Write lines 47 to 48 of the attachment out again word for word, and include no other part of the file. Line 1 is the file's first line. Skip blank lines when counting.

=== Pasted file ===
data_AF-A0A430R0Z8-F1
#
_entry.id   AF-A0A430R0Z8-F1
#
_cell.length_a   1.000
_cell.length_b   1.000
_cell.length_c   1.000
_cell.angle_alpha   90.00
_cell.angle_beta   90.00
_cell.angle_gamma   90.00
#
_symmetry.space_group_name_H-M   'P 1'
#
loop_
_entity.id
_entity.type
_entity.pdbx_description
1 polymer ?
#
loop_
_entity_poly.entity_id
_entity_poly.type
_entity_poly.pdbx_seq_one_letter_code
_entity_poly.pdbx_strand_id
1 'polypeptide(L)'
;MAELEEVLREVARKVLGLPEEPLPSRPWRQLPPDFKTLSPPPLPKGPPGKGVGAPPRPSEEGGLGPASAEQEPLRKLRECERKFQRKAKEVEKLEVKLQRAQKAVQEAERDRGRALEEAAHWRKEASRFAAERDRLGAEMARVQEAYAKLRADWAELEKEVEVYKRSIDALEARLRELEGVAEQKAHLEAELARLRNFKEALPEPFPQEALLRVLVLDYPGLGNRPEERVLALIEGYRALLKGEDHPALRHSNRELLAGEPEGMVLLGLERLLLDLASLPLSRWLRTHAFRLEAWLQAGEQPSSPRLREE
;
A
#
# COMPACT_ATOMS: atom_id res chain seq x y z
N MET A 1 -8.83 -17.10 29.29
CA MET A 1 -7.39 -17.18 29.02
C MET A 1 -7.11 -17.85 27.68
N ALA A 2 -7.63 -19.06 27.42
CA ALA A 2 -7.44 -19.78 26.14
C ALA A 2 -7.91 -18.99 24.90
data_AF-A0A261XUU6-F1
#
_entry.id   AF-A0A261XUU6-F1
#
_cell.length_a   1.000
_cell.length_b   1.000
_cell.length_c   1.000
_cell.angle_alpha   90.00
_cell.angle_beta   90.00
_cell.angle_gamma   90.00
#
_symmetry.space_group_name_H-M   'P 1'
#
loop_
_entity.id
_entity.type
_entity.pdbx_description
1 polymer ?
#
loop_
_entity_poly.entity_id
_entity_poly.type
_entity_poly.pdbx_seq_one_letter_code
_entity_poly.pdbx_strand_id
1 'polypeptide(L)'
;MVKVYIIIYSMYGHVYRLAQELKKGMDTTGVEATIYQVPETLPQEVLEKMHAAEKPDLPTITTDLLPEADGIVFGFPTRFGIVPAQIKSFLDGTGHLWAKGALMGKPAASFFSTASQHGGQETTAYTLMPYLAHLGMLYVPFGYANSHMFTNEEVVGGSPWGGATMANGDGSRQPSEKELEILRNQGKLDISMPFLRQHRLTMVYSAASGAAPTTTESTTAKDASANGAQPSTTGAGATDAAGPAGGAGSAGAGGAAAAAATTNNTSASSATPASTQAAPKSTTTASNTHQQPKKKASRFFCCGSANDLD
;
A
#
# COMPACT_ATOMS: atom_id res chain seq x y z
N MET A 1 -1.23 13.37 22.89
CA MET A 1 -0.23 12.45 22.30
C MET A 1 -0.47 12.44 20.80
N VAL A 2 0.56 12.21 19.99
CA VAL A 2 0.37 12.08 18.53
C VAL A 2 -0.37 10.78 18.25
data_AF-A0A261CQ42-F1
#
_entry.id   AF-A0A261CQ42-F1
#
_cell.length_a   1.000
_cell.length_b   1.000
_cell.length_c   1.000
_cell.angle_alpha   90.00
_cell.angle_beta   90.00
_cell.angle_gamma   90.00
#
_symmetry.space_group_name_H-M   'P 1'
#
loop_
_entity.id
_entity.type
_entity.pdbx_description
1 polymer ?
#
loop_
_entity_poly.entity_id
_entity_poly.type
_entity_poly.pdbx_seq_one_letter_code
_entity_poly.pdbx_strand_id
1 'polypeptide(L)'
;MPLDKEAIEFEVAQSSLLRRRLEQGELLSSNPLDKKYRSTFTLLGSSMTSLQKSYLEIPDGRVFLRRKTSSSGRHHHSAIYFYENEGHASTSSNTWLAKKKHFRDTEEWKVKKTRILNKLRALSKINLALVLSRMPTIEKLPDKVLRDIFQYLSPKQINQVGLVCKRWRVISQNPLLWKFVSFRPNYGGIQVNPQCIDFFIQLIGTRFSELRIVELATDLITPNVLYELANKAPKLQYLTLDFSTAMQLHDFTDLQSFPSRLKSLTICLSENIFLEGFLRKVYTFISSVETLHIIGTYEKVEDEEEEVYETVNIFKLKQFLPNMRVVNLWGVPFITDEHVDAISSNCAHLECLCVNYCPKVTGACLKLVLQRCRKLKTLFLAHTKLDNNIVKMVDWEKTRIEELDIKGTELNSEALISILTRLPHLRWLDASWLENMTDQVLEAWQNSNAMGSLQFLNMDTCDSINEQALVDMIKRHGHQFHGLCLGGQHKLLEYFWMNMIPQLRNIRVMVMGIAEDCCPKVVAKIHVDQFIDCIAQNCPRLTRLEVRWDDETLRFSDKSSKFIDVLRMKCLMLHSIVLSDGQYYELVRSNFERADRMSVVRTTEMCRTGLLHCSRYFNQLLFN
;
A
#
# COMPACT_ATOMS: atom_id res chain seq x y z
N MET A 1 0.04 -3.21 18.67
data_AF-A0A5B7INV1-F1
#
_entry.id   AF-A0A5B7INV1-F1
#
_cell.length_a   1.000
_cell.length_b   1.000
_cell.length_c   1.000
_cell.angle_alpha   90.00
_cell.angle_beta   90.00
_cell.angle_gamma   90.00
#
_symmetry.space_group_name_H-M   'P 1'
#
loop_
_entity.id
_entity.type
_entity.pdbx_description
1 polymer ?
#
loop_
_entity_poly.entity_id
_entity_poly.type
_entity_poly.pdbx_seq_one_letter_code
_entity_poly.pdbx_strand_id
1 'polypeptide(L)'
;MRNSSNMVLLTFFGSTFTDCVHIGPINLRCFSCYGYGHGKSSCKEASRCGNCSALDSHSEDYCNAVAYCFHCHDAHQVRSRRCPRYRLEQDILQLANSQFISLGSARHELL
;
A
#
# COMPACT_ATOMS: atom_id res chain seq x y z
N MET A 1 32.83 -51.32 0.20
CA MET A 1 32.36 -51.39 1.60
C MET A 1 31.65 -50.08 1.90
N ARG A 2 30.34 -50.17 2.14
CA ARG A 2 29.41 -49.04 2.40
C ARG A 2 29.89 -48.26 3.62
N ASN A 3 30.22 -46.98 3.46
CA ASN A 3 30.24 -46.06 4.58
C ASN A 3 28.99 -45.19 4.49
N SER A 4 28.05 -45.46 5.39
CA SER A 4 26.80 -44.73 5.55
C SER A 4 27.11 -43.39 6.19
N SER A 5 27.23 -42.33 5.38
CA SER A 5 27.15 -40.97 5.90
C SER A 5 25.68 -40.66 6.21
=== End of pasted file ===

#
_symmetry.space_group_name_H-M   'P 1'